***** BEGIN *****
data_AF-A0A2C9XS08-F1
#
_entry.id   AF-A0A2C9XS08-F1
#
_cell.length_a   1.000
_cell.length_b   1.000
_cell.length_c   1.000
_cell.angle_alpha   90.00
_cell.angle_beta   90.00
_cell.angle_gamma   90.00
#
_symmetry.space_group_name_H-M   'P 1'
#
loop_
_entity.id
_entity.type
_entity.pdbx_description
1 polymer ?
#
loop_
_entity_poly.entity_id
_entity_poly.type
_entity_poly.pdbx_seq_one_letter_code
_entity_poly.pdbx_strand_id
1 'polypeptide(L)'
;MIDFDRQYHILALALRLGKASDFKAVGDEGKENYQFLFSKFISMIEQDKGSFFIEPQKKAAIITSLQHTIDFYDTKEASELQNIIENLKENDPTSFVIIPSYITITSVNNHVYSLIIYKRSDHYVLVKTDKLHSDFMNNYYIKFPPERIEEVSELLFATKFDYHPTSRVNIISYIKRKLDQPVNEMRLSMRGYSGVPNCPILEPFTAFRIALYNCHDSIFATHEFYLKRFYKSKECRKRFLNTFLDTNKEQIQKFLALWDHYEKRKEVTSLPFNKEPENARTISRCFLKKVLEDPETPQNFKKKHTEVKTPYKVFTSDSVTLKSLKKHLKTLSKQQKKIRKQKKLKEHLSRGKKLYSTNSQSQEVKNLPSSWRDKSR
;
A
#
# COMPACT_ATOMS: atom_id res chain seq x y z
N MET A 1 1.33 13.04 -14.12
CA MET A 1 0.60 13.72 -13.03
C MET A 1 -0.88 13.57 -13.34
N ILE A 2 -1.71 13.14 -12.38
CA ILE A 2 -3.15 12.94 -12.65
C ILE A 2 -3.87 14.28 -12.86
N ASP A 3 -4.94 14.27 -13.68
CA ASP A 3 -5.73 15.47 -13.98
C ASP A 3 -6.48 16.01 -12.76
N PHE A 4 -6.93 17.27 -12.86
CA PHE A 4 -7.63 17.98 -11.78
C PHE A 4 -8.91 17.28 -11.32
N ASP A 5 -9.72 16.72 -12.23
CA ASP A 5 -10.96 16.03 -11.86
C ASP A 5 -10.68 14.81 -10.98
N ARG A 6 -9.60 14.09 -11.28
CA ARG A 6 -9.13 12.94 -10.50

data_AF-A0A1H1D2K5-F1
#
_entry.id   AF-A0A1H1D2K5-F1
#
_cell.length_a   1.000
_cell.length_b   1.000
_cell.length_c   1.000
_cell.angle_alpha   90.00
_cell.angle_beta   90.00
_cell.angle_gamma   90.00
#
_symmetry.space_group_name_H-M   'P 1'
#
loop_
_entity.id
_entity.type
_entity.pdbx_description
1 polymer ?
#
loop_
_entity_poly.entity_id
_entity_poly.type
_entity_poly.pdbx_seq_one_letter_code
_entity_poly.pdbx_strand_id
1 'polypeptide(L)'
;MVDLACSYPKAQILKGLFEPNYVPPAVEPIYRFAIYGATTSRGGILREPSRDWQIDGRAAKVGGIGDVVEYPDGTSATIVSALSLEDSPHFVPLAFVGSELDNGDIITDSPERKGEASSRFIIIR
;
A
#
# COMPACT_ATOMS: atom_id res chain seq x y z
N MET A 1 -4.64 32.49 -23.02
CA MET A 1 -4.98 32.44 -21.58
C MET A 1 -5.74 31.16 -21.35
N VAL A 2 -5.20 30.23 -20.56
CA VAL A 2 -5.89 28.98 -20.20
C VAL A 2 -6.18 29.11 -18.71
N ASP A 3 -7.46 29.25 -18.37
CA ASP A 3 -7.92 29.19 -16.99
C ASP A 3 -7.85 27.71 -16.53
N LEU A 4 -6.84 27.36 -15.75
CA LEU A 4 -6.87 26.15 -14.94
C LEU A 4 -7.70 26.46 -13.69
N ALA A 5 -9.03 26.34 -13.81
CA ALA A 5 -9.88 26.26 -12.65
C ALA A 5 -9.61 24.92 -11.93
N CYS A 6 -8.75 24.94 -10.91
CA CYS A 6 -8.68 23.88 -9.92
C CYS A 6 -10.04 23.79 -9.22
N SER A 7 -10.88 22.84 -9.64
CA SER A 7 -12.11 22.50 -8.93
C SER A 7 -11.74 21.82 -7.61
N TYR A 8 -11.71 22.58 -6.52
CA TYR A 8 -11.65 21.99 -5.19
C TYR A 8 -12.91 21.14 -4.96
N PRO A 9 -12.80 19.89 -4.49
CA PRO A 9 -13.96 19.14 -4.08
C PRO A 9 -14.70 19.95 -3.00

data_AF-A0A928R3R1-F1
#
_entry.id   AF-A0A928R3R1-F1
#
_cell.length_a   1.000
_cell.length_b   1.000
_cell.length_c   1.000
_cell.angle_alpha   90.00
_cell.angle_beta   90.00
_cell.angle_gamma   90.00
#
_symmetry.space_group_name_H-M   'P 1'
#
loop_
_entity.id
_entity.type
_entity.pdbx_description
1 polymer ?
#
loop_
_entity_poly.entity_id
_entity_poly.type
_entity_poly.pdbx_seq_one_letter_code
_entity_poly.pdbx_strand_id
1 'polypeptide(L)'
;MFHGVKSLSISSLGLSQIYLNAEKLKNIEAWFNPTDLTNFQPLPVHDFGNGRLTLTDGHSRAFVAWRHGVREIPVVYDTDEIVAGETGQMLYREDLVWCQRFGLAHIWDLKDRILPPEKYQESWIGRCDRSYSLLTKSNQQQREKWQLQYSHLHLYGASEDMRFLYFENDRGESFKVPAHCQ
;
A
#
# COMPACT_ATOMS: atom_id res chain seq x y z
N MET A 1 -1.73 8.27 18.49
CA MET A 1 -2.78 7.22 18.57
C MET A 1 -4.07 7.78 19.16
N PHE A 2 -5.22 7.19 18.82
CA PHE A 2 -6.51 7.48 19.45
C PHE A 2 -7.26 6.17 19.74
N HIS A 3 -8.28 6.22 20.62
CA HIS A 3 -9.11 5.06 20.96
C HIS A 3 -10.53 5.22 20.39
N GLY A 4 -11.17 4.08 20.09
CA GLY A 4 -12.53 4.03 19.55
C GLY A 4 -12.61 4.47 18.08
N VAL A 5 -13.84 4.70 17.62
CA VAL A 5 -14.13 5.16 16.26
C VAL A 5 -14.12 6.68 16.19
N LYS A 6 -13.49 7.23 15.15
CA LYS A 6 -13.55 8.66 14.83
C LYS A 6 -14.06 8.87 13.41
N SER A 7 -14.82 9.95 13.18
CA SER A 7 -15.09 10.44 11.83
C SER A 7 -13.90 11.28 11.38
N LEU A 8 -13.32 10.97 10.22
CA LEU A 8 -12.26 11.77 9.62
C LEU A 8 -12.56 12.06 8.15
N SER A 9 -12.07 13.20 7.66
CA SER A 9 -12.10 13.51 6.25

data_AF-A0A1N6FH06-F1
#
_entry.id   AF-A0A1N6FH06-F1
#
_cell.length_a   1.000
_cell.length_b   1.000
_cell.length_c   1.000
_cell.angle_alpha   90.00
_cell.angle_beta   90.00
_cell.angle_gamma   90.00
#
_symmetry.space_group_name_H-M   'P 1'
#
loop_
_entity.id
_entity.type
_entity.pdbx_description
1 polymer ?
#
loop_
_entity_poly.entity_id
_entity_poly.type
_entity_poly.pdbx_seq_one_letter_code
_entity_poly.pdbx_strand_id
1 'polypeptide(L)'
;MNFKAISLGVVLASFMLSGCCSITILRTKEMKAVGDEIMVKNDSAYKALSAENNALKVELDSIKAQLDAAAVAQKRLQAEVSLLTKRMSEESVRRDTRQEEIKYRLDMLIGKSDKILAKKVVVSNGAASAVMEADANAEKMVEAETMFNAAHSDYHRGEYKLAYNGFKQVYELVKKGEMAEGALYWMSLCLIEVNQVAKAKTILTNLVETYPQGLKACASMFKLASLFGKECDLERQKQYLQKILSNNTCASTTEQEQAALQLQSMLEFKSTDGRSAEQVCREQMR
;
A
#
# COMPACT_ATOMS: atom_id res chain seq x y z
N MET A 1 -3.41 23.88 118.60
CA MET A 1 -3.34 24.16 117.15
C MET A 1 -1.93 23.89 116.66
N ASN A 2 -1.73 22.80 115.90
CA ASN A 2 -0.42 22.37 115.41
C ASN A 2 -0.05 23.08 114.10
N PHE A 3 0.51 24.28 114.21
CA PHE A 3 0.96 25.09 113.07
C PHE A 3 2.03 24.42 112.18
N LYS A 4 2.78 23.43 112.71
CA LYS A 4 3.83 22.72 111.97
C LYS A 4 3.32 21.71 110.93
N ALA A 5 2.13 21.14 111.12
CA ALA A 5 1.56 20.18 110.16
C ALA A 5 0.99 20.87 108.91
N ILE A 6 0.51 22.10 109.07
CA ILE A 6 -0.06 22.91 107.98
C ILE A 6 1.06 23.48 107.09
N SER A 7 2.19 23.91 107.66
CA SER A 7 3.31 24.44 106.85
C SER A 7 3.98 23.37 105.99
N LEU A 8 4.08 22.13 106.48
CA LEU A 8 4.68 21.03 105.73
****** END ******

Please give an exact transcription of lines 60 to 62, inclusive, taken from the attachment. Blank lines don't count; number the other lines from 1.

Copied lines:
#
loop_
_entity.id